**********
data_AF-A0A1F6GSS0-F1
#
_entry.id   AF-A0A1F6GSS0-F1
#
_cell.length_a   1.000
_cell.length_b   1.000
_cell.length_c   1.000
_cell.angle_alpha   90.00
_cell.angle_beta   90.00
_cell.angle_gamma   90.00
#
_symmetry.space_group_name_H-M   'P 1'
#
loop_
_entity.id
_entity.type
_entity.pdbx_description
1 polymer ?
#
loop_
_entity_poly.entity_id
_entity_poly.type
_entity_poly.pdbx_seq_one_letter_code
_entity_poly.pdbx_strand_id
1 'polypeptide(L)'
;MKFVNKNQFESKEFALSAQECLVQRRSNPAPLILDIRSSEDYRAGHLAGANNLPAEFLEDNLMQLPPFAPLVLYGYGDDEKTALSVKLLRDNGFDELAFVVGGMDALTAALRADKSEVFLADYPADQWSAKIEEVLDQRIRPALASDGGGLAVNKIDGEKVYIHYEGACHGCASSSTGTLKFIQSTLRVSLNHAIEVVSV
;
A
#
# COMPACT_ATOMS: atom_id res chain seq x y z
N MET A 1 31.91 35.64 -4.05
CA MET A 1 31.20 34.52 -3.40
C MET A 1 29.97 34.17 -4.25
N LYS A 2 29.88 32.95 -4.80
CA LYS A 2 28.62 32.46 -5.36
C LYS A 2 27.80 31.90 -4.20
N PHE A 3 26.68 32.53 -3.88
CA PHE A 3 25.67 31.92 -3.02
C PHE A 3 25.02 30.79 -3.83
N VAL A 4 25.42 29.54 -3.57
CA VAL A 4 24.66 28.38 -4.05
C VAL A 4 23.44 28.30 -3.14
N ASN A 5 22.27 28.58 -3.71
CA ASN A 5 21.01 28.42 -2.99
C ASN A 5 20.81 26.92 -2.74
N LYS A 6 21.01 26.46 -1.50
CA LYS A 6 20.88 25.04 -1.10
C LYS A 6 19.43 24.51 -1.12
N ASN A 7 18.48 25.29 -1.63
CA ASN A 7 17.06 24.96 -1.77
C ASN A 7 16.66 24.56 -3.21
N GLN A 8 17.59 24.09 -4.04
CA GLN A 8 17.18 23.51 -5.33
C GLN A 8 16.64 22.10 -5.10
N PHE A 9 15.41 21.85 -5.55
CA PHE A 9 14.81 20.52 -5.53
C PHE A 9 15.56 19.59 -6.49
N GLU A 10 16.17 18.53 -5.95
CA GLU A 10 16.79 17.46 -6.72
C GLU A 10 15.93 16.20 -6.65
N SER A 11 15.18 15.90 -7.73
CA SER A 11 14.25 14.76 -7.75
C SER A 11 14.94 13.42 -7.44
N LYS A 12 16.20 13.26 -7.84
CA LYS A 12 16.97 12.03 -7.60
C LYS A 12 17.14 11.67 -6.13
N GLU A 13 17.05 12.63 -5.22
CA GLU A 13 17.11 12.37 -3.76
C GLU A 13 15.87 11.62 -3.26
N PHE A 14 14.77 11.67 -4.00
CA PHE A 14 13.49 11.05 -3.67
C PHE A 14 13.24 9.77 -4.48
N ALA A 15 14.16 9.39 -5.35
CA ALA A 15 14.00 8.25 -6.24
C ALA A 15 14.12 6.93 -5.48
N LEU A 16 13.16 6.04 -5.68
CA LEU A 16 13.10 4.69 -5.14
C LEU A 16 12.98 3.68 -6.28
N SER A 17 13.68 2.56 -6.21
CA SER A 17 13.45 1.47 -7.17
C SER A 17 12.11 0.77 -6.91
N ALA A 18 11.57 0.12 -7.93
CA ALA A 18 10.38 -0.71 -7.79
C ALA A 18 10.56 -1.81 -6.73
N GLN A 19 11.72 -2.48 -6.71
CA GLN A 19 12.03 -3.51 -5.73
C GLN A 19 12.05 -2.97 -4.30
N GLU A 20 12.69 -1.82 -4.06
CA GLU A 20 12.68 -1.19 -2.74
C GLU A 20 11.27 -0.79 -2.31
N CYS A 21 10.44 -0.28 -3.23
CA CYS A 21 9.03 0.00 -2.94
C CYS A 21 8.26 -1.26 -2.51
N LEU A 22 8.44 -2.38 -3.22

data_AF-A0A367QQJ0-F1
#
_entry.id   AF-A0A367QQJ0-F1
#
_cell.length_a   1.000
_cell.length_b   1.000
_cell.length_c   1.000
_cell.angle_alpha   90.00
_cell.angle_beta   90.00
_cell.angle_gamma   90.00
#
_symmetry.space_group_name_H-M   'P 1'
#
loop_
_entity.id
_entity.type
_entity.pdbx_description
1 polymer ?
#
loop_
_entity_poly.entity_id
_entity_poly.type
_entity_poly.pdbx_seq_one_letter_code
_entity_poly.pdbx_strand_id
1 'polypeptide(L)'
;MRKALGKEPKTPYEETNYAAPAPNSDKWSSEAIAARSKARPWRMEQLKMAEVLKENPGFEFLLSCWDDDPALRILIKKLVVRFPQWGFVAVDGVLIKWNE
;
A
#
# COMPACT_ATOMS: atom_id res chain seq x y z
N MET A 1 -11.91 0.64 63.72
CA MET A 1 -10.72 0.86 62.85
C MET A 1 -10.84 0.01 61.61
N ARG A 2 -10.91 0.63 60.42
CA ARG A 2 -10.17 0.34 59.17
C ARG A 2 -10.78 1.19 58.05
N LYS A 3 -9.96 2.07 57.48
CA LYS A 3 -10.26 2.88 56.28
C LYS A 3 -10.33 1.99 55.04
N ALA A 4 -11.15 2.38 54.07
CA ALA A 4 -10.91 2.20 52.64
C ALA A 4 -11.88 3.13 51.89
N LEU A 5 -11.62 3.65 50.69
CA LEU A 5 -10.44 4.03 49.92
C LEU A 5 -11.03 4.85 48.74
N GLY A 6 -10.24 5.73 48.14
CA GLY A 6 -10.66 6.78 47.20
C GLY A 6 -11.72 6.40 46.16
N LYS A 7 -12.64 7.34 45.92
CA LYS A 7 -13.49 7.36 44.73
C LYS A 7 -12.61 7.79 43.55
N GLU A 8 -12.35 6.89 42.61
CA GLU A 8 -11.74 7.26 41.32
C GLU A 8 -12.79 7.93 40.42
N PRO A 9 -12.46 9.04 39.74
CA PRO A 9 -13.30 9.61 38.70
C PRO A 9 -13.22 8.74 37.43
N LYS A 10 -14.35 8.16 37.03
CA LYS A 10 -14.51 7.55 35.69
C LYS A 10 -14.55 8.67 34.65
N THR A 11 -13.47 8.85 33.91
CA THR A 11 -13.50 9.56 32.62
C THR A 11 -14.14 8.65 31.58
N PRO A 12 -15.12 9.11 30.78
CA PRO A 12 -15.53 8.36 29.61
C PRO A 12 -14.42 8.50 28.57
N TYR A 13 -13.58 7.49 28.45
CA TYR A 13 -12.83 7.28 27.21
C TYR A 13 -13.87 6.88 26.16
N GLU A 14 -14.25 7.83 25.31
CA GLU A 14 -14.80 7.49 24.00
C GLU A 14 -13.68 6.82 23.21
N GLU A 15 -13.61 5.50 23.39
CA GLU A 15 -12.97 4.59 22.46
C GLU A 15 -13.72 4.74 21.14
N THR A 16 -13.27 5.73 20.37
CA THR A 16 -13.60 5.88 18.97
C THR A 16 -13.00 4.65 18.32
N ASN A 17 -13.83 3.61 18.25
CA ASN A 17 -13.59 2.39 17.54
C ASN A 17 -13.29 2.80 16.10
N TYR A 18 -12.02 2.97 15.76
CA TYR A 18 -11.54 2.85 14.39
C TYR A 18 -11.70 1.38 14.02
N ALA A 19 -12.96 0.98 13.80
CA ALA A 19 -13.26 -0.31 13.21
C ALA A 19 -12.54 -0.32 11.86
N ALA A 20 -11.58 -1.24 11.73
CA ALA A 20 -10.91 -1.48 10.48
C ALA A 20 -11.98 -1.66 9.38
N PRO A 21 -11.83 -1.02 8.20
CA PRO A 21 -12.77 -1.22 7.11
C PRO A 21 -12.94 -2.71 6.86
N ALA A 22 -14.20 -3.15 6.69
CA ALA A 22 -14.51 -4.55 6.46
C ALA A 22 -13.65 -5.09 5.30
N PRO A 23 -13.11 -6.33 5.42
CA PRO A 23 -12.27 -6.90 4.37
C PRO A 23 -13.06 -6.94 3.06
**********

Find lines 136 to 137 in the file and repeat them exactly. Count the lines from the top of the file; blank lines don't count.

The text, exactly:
C ALA A 4 -11.88 3.13 51.89
N LEU A 5 -11.62 3.65 50.69